Seven years ago, Theo van Gogh was biking through Amsterdam when he was shot and stabbed through the heart.
The assassination of this film director, a descendant of the world renowned painter, rocked the Netherlands and made headlines the world over. It was a turning point in the small country’s cultural life, touching on film, politics and religion, and touching off xenophobic violence throughout the country.
The string of events leading to the murder is well documented; earlier that year van Gogh produced a ten-minute short Submission (2004), positing the veil as a sign of the submission of women in Muslim culture. His partner in producing the film was Ayaan Hirsi Ali, a Somalian refugee-turned-model-turned-Parliamentarian who fled forced marriage to become a controversial spokesperson against Islam – not just the fundamentalist strains of the religion but the religion fundamentally.
Already lightning rods for controversy, the duo started receiving death threats after the film aired on television. Then one autumn day, a young Muslim man acted, killing van Gogh and stabbing a 5-page threat to Hirsi Ali into van Gogh’s chest. Across the country, mosques were burned in retaliation.
Hirsi Ali has gone on to become fairly well known in the US. She fled to Washington DC to work for the conservative American Enterprise Institute, has written several books and occupies an odd juncture of feminism, outspoken classical liberalism, and anti-Islam and anti-immigrant views that has garnered her awards, recognition and critique from all angles.
Van Gogh, however, remains relatively unknown outside of the Netherlands for his actual work.
The recent release of 3 by Theo attempts to fill the gap. The DVDs offer little in terms of context, history or extras, so viewers who aren’t familiar with his work or his role in Dutch culture are left to their own devices. There’s no stated rationale for why these three films from his extensive filmography of almost 30 films from his 20-year career.
What they do have in common is that they are small films, focusing in on verbal wrestling between a man and a woman. Van Gogh specializes in the No Exit school of torture – hell is other people. In the 3 films of 3 by Theo, a man and a woman, trapped together by the circumstances of modern life, dig up the pain in each other’s souls. The veil is an apt metaphor across the three earlier pieces, with each character hiding and revealing their worst secrets and most searing personality flaws. Men and women equally manipulate each other to points of no return.
In 1-900 (1994), a man and a woman push each other to the limits of humiliation and role playing on a phone sex line. The two dial in, seeking a connection while preserving anonymity, and find an imaginary playground of sexual pleasure. They transcend taboo, role-playing bondage, incest, and other relationships that transgress into the absurd.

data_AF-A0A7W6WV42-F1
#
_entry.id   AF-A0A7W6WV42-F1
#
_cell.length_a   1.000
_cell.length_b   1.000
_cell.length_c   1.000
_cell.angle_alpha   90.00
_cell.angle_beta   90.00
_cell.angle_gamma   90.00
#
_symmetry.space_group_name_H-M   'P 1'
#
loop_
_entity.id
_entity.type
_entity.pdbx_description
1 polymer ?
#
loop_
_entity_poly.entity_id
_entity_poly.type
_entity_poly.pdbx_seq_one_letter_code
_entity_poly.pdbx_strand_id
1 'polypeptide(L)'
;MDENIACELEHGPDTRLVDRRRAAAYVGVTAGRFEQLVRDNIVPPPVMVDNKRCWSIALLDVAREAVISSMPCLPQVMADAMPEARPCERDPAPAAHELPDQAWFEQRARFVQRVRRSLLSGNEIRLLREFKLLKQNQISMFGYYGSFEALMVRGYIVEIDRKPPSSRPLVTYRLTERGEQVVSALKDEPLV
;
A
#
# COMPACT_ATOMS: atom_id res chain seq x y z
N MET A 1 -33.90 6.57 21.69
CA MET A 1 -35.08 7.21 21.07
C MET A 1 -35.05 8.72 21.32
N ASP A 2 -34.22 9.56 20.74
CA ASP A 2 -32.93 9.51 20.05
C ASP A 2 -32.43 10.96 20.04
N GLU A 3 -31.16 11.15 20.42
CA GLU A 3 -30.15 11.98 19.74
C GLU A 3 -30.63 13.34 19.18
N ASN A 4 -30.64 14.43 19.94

As viewers we know little more about the details of these two than they do. We only know what they look like, and the visual disconnect between what we see and what they say. Blonde, 25, in lingerie, says the middle-aged redhead coming home from the office in her work gear. These little lies, the lies that prop up fantasy, grow more and more absurd. We know that nothing our narrators say are true, but we trust that everything is in service of their sexual imagination.
In Blind Date (1996), a couple estranged by tragedy tries to cope by meeting at a bar and telling each other story upon story, lie upon lie, in a distinctly unfun game, that devolves into out and out cruelty. Starting to sound like a familiar theme? The film feels claustrophobic, uncomfortable, viscerally like an unescapable relationship that’s dragged down and bound together by an unhappy past.
In Interview (2003), a former war correspondent reluctantly interviews an embittered young movie star. The stark difference between the 25-year-old actress’s middle-class comfortable dramas and the 45-year-old journalist’s near-death experiences during the Yugoslav war is only the starting point in the emotional warfare. The Yugoslav war is itself a scar in the Dutch psyche, and the two tear apart all the official stories and find the dark truths that lie beneath.
Van Gogh’s final provocation, 06/05, isn’t included here. It examined the 200x assassination of Pim Fortuyn, a flamboyant gay Dutch politician whose inflammatory attitudes towards immigration opened up floodgates of suppressed anti-immigration sentiment that was hidden but festering throughout the “politically correct” ‘90s.
As individual films, these are hard to watch, like less clever rehashes of Who’s Afraid of Virginia Woolf, or meaner and more current Fassbinders. Yet together, they examine the hypocrisy of who we pretend we are, in our personal relationships, and for the Netherlands, as a society.
Note: There are no extras, only a set-up with subtitles and the ability to switch through scenes. It’s an unfortunate oversight since even basic features like commentary could provide much-needed analysis of Van Gogh’s work.
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